November 28, 2007

Terminating Warming? A Look at California

Filed under: Temperature History

Many manly men around our country were undoubtedly thrilled to see super-hero Arnold Schwarzenegger become the leader of one of the largest and most powerful states in the nation, and we all knew that the Terminator would tackle problems in new and authoritative ways. However, the manly men have been a bit surprised that Governor Schwarzenegger has become such an outspoken leader in the fight against emission of carbon dioxide. Taking on a naturally-occurring molecule exhaled every minute by 150 pound weaklings seems a bit too soft for one of the physically strongest men to ever live.

(more…)




November 20, 2007

The Big Secret: Climate Bills Result in No Meaningful Impact on Global Temperature

Filed under: Climate Politics

Three bills have been introduced to Congress which have as a goal to slow the rate of global temperature rise, and in doing so, avert some type of putative global climate catastrophe. They propose to do so by reducing U.S. emissions of greenhouse gases.

At the requst of Senators Bingaman and Spector, the EPA has analyzed the effectiveness these bills as measured by the net impact each will have ameliorating the rise of global atmospheric carbon dioxide (CO2) concentrations (and thus global climate change) by the end of this century. What they found was certainly not encouraging, at least for anyone who thinks that the U.S. alone can have any impact on global climate via new regulation of emissions.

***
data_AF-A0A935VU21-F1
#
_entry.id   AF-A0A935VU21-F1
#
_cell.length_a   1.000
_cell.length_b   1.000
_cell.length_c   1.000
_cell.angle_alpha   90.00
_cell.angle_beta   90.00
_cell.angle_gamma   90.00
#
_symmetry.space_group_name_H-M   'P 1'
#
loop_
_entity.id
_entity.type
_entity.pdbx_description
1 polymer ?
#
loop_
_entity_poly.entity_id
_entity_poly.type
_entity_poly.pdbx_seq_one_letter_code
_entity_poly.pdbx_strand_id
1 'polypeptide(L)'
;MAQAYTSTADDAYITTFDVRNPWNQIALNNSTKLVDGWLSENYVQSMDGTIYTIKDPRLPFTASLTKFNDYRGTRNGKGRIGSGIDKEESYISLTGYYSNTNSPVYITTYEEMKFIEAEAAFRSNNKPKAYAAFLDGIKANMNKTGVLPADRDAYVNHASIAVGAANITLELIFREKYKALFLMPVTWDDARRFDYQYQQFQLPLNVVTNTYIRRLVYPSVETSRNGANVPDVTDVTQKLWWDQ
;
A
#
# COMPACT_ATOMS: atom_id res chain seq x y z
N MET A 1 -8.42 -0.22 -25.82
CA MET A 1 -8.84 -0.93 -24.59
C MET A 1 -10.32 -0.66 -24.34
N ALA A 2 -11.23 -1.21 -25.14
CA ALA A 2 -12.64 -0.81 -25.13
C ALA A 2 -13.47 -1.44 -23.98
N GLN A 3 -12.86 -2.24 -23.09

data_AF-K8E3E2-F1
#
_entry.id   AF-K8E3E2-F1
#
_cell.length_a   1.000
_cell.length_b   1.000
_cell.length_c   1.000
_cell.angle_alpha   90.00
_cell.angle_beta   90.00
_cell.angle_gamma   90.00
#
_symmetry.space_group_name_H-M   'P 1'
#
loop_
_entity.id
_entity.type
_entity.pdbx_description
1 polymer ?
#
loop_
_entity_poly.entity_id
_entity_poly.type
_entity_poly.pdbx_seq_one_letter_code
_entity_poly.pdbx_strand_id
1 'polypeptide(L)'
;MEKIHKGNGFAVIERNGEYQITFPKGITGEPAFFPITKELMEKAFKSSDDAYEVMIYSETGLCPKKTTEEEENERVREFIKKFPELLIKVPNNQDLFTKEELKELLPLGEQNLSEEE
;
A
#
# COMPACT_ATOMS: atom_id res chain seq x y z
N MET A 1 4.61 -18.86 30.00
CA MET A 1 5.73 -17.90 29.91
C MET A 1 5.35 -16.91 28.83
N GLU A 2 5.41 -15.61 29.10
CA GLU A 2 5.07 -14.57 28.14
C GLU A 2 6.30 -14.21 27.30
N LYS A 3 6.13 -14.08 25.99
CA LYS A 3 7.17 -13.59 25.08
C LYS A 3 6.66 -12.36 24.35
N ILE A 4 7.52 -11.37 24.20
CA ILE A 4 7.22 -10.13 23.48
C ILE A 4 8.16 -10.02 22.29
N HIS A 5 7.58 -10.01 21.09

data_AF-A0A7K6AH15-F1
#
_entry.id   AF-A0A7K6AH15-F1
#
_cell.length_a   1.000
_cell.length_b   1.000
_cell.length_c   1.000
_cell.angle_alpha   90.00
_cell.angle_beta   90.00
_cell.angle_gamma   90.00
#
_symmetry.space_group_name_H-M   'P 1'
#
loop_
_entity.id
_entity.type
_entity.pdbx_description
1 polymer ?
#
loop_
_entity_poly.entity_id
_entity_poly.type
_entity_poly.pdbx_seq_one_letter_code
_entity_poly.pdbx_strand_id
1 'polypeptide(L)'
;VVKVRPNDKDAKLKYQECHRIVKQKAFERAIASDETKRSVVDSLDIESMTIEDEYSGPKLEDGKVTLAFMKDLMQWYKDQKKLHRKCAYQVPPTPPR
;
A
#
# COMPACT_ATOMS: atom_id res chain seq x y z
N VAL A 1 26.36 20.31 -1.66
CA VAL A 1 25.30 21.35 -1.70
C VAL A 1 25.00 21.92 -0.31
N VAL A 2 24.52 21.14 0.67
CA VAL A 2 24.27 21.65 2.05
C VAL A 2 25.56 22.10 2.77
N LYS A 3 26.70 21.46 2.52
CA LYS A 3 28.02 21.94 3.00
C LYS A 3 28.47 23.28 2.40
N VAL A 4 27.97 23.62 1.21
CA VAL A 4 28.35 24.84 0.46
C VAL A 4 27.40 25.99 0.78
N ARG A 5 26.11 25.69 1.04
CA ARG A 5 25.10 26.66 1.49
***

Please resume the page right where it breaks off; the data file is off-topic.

(more…)




November 19, 2007

Changes in European Storminess?

Filed under: Climate Changes

One of the popular tenets of the greenhouse scare is that storms will become more fierce and more common in the future due to global warming. Whether we are looking at tropical storms (hurricanes) or extra-tropical storms, anything and everything should be blamed on the ongoing build-up of greenhouse gases. Given that the global weather system produces tropical and extra-tropical storms every single day, there is no end of fresh material needed to keep the greenhouse story alive and well.

However, a recent article will soon appear in Climate Dynamics, and we suspect it will not be carried by any news service. The international team of scientists is from the Climate Research Division of Environment Canada, the Central Institute for Meteorology and Geodynamics in Austria, the Swedish Meteorological and Hydrological Institute, and the Institute for Coastal Research in Germany. The Matulla et al. group begin by noting “Severe storms can do widespread damage to ecosystems, property and society. Inland areas are affected by wind-throw uprooting trees, soil erosion and damage to construction. Coastal regions are not only exposed to the wind force but to storm surges and wind waves in the wake of storms as well. Due to its impact on socioeconomic structures storm-climate naturally attracts public attention. In the North–East Atlantic and the North Sea a roughening storminess was perceived and public concern was raised in the early 1990s.” Of course, the early 1990s was also the time when the global warming scare was launched and thrown into high gear, and we suspect that Europeans made the link between global warming and their perceived increase in storminess.

(more…)




November 13, 2007

Centuries of Yellow River Climate

Filed under: Droughts, Floods, Precipitation

According to 1,000s of websites trumpeting the horrors of global warming, we find countless claims that the ongoing build-up of greenhouse gases is causing droughts and floods all over the world. Hardly a week goes by nowadays without a front page news story about some weather or climate calamity occurring somewhere on the planet, and global warming is repeatedly claimed to be the cause. Turn the radio to NPR for an hour or so, and you will certainly be told how the failure of the United States to sign the Kyoto Protocol has caused some disastrous flood or drought.